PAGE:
Like vertices, normal vectors associated with the vertices must also be transformed. However, normals are transformed according to different mathematical rules than vertices. For lighting calculations, the normal vectors are multiplied by the inverse transpose of the 3X3 upper left submatrix of the modeling/viewing transformation.

As you operate on the modeling/viewing stack, its inverse transpose is automatically kept up to date.

The getmmode subroutine returns the current matrix mode. The values returned can be compared to the values of MSINGLE, MPROJECTION, and MVIEWING to determine the current mode. Mode identifiers are defined in the /usr/include/gl/gl.hfile.

The following figure illustrates the calculations done to each vertex sent down the pipeline in MVIEWING mode.

### Positioning the Lights

When a light is bound with the lmbind subroutine, the location it takes up in world space depends on the transformation on the top of the matrix stack. That is, the coordinates of the light are run through the geometry pipeline just as any other 3-D coordinate would be. This must be kept in mind when rendering complex, animated scenes.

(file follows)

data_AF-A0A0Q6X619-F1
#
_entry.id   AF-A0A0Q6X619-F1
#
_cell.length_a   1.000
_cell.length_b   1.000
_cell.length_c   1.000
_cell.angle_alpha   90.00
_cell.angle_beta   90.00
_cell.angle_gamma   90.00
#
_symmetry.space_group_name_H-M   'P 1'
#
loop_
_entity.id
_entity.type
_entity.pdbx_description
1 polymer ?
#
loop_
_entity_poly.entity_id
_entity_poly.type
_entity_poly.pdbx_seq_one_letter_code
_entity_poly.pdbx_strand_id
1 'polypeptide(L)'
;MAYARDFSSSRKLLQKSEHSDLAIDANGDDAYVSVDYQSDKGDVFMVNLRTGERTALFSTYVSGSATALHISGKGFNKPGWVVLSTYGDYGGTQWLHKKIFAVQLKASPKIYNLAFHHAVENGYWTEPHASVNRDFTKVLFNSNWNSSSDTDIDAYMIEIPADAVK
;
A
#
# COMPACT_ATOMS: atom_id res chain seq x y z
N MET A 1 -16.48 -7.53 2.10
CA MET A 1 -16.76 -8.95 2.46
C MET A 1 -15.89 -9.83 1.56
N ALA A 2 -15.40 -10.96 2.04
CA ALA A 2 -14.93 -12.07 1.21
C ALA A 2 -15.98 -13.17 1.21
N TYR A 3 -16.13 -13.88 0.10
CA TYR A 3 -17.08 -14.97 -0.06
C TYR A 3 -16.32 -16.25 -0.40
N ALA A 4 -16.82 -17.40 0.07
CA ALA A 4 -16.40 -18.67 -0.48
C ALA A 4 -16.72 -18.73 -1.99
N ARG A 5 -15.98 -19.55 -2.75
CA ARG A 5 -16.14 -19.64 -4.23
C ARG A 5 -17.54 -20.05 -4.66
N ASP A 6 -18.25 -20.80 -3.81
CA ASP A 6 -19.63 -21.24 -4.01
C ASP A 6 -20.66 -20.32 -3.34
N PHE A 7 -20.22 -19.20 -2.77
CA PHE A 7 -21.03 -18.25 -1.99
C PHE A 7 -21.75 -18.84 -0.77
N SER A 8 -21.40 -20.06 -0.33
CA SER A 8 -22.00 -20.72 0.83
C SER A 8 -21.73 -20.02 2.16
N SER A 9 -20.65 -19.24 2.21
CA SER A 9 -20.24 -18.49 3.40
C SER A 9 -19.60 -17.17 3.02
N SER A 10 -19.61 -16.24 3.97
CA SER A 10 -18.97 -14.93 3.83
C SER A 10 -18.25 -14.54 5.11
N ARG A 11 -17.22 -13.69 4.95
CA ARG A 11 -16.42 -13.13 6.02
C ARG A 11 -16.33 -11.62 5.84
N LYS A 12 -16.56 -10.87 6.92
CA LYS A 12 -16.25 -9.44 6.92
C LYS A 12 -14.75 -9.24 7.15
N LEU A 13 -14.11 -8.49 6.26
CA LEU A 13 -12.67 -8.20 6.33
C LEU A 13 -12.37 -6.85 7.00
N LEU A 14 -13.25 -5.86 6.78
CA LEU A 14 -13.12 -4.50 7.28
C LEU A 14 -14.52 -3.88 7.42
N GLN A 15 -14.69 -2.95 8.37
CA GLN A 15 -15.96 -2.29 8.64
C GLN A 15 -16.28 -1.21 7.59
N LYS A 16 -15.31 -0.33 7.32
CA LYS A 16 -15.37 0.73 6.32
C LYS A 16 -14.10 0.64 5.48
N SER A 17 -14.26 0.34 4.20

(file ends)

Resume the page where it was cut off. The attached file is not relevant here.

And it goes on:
How to draw a scene where the eyepoint changes from frame to frame, while the light remains fixed in world coordinates, or to draw a scene where the light moves about from frame to frame, might not be immediately obvious. Therefore, we summarize the following steps to achieve a moving eyepoint and/or to have moving lights. There are five general cases:

• A static eyepoint and a static light.
• A static eyepoint and a moving light.
• A moving eyepoint and a static light.
• A moving eyepoint and a moving light.
• A moving eyepoint with the light attached to the eyepoint.

The general rules for binding lights are:

• Call lmbind(LIGHT#, index ) after changing the view.
• Call lmbind(LIGHT#, index ) only when transformations for the light are premultiplied on the stack.
• Never call lmbind(LIGHT#, index) when transformations for surfaces are premultiplied on the stack.

The detailed steps in setting up the viewing transformations, the modeling transformation, and the lighting model specifications for each of these five cases are outlined here. The first four cases all use the following pseudocode:

1. Specify the viewing transformation.
2. Push the transformation stack.